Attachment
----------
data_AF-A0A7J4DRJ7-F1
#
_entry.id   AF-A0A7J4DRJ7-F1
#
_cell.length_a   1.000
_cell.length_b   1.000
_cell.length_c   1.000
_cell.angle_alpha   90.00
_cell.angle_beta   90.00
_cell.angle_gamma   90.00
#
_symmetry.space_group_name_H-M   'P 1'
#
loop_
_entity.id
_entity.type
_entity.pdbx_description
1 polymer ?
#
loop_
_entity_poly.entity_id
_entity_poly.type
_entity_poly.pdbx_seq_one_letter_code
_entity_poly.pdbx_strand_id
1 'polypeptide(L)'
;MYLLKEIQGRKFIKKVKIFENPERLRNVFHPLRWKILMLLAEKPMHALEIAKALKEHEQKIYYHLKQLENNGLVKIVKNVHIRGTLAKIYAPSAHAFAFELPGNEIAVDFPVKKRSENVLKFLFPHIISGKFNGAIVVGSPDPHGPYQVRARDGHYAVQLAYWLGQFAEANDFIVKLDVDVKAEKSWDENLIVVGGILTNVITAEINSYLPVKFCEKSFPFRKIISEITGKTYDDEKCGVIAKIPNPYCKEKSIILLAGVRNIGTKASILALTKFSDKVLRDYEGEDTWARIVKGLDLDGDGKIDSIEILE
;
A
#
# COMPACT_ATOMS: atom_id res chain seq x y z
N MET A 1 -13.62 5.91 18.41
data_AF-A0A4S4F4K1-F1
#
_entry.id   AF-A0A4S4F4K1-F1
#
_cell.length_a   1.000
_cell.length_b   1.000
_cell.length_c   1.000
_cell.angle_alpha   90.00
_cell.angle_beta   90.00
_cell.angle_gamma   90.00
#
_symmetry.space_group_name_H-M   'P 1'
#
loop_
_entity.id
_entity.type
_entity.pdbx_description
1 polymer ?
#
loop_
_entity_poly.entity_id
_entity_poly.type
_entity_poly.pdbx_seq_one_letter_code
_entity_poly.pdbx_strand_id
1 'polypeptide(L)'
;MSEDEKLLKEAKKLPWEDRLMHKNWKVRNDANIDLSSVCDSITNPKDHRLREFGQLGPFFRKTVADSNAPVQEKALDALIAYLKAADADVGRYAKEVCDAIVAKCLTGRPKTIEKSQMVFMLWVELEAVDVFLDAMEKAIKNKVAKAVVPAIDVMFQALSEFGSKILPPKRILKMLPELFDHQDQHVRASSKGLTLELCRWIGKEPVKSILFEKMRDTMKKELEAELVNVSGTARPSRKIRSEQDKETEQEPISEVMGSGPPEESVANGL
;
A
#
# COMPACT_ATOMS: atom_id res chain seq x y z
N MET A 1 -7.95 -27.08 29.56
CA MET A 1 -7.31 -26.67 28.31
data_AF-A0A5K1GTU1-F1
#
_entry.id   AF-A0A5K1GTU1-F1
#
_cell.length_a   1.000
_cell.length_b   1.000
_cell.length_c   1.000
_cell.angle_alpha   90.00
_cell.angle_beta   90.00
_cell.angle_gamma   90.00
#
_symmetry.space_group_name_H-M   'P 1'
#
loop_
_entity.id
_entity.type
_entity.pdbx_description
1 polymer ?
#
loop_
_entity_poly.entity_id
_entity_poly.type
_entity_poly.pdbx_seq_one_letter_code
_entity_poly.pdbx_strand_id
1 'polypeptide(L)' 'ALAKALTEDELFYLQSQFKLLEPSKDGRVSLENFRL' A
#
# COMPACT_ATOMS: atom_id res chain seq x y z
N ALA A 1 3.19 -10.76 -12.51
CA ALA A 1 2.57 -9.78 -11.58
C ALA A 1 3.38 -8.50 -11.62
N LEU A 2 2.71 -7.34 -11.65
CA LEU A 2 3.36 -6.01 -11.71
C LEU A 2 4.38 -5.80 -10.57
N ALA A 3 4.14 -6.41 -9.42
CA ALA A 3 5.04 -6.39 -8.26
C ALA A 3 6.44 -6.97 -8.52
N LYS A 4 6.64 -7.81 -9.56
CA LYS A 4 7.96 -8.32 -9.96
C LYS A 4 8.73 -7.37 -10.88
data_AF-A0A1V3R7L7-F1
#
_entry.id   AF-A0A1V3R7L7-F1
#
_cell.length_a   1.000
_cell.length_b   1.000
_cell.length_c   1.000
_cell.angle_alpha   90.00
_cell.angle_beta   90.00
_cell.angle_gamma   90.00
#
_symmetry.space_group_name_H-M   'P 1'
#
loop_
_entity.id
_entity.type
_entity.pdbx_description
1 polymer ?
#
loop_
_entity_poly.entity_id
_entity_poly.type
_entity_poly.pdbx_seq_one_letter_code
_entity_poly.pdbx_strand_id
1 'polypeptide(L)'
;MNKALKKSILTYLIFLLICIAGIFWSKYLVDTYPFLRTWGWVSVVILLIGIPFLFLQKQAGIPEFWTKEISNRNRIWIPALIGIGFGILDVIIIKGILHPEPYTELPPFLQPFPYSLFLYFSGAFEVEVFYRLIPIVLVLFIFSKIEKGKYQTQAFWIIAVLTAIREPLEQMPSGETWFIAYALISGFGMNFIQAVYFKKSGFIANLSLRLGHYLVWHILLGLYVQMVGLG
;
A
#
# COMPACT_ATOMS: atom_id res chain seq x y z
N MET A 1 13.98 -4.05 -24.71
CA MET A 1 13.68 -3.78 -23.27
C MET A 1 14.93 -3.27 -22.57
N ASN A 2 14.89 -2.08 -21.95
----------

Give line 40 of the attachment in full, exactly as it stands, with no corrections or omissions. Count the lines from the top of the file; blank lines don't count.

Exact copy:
_cell.angle_beta   90.00